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Effects Of Primitive Photosynthesis On Earth's Early Climate System
The evolution of different forms of photosynthetic life has profoundly altered the activity level of the biosphere, radically reshaping the composition of Earth’s oceans and atmosphere over time.
However, the mechanistic impacts of a primitive photosynthetic biosphere on Earth’s early atmospheric chemistry and climate are poorly understood. Here, we use a global redox balance model to explore the biogeochemical and climatological effects of different forms of primitive photosynthesis. We find that a hybrid ecosystem of H2-based and Fe-based anoxygenic photoautotrophs – organisms that perform photosynthesis without producing oxygen – gives rise to a strong nonlinear amplification of Earth’s methane (CH4) cycle, and would thus have represented a critical component of Earth’s early climate system before the advent of oxygenic photosynthesis.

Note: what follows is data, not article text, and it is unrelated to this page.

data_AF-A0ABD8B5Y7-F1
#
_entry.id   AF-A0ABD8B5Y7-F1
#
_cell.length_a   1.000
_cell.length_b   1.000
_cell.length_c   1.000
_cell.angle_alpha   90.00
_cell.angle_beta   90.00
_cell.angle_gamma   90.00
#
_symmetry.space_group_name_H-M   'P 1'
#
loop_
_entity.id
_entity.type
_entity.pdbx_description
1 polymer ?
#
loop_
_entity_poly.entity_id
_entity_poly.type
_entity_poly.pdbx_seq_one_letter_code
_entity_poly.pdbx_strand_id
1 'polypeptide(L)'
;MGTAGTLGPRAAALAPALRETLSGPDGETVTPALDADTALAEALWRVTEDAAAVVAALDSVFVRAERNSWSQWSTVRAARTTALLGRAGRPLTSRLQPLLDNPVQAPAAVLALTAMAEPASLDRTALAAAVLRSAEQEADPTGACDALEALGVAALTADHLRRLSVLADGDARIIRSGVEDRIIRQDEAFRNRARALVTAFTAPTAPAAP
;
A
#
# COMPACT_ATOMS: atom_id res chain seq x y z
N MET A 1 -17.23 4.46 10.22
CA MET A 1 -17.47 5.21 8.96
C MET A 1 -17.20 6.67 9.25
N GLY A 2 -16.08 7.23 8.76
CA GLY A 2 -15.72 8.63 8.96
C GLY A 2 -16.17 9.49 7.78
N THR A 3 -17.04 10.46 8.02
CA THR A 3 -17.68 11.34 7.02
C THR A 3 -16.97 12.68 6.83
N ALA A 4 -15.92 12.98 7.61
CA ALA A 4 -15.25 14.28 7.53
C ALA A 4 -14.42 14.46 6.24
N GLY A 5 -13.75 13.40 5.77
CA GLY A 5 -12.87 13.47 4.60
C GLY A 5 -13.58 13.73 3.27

Using a Monte Carlo approach, we find that a hybrid photosynthetic biosphere widens the range of geochemical conditions that allow for warm climate states well beyond either of these metabolic processes acting in isolation. Our results imply that Earth’s early climate was governed by a novel and poorly explored set of regulatory feedbacks linking the anoxic biosphere and the coupled H, C and Fe cycles. We suggest that similar processes should be considered when assessing the potential for sustained habitability on Earth-like planets with reducing atmospheres.
Kazumi Ozaki, Eiichi Tajika, Peng K. Hong, Yusuke Nakagawa, Christopher T. Reinhard
(Submitted on 30 Jul 2019)
Comments: Accepted to Nature Geoscience; Final article and Supplementary Information available at this https URL
Subjects: Earth and Planetary Astrophysics (astro-ph.EP)
Journal reference: Nature Geoscience 11, 55-59 (2018)
Cite as: arXiv:1907.12995 [astro-ph.EP] (or arXiv:1907.12995v1 [astro-ph.EP] for this version)
From: Christopher Reinhard
[v1] Tue, 30 Jul 2019 15:00:24 UTC (2,068 KB)